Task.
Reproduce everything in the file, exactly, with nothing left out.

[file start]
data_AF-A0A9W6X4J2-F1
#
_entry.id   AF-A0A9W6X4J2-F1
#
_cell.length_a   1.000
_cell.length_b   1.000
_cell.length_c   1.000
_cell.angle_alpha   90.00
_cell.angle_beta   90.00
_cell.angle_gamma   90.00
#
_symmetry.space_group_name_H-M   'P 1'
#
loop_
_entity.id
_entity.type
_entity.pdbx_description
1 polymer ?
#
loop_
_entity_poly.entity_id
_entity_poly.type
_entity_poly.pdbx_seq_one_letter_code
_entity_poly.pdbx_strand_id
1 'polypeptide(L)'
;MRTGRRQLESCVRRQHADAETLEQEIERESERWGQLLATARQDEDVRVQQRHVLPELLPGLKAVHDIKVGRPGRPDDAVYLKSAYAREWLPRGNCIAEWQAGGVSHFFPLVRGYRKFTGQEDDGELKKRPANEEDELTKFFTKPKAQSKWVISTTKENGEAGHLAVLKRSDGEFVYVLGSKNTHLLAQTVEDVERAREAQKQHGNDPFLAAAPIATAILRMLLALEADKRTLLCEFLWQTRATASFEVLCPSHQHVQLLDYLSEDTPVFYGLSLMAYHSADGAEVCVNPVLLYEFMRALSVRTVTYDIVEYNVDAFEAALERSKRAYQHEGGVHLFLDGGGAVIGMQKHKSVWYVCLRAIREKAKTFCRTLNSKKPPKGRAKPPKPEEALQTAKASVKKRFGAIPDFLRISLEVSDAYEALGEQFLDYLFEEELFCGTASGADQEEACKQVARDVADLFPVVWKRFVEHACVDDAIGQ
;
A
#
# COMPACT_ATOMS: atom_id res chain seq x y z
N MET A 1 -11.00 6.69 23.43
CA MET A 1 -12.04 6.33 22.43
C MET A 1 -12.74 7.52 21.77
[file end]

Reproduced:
data_AF-A0A9W6X4J2-F1
#
_entry.id   AF-A0A9W6X4J2-F1
#
_cell.length_a   1.000
_cell.length_b   1.000
_cell.length_c   1.000
_cell.angle_alpha   90.00
_cell.angle_beta   90.00
_cell.angle_gamma   90.00
#
_symmetry.space_group_name_H-M   'P 1'
#
loop_
_entity.id
_entity.type
_entity.pdbx_description
1 polymer ?
#
loop_
_entity_poly.entity_id
_entity_poly.type
_entity_poly.pdbx_seq_one_letter_code
_entity_poly.pdbx_strand_id
1 'polypeptide(L)'
;MRTGRRQLESCVRRQHADAETLEQEIERESERWGQLLATARQDEDVRVQQRHVLPELLPGLKAVHDIKVGRPGRPDDAVYLKSAYAREWLPRGNCIAEWQAGGVSHFFPLVRGYRKFTGQEDDGELKKRPANEEDELTKFFTKPKAQSKWVISTTKENGEAGHLAVLKRSDGEFVYVLGSKNTHLLAQTVEDVERAREAQKQHGNDPFLAAAPIATAILRMLLALEADKRTLLCEFLWQTRATASFEVLCPSHQHVQLLDYLSEDTPVFYGLSLMAYHSADGAEVCVNPVLLYEFMRALSVRTVTYDIVEYNVDAFEAALERSKRAYQHEGGVHLFLDGGGAVIGMQKHKSVWYVCLRAIREKAKTFCRTLNSKKPPKGRAKPPKPEEALQTAKASVKKRFGAIPDFLRISLEVSDAYEALGEQFLDYLFEEELFCGTASGADQEEACKQVARDVADLFPVVWKRFVEHACVDDAIGQ
;
A
#
# COMPACT_ATOMS: atom_id res chain seq x y z
N MET A 1 -11.00 6.69 23.43
CA MET A 1 -12.04 6.33 22.43
C MET A 1 -12.74 7.52 21.77